HHD's Resources

Teen Injuries On-the-job

Christine Miara

During the summer, teenagers often get their first “real” job. It provides them with money and teaches them responsibility. Yet, many people aren’t aware that teens are at higher risk than adults of being injured on the job. EDC’s Chris Miara collaborates with the University of California, Berkeley, to conduct trainings and develop materials for schools and businesses about workplace hazards involving teenage workers.

Why are teens at higher risk of being injured at work?

It’s partly because the places that hire teens—restaurants, grocery and convenience stores, gas stations, and retail settings—tend to have a lot of hazards. It’s also because teens often get asked to do potentially dangerous tasks for which they haven’t been trained. And, many teens don’t yet know how to assess risk or speak up and deal with it effectively. It’s not because they’re fearless or reckless or fooling around on the job.

How did you get involved in youth worker safety?

It is actually a natural extension of the work we do operating the Children’s Safety Network, which assists state and local health departments to implement injury and violence prevention programs.

We first became involved with youth worker safety in 1996, when the National Institute for Occupational Safety and Health (NIOSH) funded community-based programs to increase the safety of young workers. With the Massachusetts Department of Public Health, we set up a pilot program in Brockton, Massachusetts, and ultimately developed a curriculum for high school students called Youth@Work: Talking Safety. It teaches teens the skills they need to be safe in the workplace and to understand their rights.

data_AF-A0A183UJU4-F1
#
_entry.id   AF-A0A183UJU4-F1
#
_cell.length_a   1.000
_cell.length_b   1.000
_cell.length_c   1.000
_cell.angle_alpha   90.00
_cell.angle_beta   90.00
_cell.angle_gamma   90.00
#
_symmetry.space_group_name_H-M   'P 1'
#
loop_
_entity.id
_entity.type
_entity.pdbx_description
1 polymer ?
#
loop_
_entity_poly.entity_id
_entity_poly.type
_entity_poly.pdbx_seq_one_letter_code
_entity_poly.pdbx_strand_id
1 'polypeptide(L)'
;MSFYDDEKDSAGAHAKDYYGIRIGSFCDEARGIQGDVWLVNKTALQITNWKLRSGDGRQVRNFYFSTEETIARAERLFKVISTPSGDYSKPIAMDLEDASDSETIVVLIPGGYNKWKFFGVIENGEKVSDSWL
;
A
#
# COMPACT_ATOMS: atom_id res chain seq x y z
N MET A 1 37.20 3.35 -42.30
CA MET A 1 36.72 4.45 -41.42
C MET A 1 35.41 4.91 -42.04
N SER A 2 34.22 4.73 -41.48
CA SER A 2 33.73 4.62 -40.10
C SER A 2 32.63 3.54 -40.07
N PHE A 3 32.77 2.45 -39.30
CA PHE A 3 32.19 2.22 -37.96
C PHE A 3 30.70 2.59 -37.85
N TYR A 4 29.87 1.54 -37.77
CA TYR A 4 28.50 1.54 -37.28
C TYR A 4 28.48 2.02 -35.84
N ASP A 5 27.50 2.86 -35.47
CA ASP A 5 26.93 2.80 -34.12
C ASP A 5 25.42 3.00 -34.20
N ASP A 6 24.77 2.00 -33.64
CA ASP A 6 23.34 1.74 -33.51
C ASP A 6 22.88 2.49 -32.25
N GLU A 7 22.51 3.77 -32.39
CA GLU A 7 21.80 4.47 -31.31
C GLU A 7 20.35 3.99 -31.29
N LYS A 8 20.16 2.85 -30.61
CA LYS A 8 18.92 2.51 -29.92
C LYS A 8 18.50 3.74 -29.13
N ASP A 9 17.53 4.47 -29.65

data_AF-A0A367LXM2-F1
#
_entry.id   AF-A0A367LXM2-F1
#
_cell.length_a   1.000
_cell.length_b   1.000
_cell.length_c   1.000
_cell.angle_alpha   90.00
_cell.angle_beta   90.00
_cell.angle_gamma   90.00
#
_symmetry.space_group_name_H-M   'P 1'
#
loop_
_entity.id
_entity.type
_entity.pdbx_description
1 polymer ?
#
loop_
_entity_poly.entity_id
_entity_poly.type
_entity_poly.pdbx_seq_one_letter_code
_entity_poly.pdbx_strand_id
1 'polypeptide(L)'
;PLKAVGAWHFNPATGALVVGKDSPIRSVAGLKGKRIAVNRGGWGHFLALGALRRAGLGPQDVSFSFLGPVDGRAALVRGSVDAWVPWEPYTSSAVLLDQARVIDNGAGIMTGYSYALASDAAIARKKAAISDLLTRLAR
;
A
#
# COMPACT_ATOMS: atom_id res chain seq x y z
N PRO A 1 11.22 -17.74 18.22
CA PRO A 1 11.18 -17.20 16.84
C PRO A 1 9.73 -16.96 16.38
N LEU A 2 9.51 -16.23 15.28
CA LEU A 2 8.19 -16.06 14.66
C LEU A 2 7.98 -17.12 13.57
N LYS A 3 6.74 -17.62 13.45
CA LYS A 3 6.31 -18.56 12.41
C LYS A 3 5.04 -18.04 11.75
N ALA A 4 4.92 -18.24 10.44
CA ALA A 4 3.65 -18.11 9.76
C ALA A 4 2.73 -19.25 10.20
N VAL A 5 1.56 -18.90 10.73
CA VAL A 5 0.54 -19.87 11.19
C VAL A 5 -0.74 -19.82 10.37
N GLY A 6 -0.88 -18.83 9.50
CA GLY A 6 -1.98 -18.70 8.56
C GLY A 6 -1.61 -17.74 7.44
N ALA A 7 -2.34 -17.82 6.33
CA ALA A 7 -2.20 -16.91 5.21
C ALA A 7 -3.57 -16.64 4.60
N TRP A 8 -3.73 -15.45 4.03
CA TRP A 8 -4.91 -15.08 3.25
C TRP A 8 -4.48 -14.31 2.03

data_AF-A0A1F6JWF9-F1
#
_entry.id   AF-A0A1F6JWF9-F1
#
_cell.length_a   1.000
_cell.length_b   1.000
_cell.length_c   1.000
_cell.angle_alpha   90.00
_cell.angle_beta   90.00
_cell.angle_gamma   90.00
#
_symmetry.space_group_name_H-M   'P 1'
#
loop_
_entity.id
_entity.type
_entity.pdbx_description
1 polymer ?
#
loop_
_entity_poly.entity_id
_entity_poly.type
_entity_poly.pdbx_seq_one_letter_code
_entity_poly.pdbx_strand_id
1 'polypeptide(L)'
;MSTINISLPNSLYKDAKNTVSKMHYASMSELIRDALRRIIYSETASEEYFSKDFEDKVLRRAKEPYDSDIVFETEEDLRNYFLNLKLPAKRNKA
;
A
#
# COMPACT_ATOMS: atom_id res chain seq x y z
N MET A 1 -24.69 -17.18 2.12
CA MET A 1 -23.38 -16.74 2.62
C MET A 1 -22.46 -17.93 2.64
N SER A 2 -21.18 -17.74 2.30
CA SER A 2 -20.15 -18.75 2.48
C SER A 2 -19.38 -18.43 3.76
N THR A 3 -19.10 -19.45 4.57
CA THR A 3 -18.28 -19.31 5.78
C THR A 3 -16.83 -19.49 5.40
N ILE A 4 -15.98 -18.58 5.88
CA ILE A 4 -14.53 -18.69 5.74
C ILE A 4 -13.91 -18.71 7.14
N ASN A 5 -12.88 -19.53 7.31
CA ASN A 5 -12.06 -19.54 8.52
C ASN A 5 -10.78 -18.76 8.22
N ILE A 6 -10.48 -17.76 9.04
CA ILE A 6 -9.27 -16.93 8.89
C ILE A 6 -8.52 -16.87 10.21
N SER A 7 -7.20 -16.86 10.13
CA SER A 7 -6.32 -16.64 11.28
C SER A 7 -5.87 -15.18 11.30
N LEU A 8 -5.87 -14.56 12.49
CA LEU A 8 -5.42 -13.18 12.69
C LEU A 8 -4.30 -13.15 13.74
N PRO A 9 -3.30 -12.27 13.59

What is the Young Workers’ Safety Resource Center?

Now, in collaboration with UC Berkeley, we operate the Young Workers’ Safety Resource Center. Our goal is to increase the number of young people who are trained in workplace health and safety. The Talking Safety curriculum is one tool we use for teachers and students. And it is now available in every state as well as some territories.

The other tool is a workshop for employers of teens. We provide employers with basic information about how teen workers are different from adult workers, and why they need more intensive hands-on training and supervision.

Where have you gone to deliver the workshop?

We go all over the country. Recently went to New Jersey and the Virgin Islands where we delivered a series of trainings to teams of teachers and the employers who hire their students, brought together by the State and Territorial Departments of Labor and Education.

In Georgia we trained vocational education teachers. Although they put a lot of emphasis on safety in their classrooms where they teach carpentry and welding, they were enthusiastic about using what they learned to help all their students prepare for a safer experience out in the workforce.

What about child labor laws?

Child labor laws vary by state, but the issues don’t. When you’re talking about teenagers at work, they tend to work in the same kinds of places, with the same kind of hazards. It’s really important for youth to get some basic worker safety training in school, and for employers to make sure that all their employees are safe and receive safety training for the specific activities they will be doing at that workplace.

The Young Workers’ Safety Resource Center is funded by the U.S. Department of Labor, Occupational Safety and Health Administration (OSHA), through a subcontract from UC Berkeley. For more information contact Chris Miara at cmiara@edc.org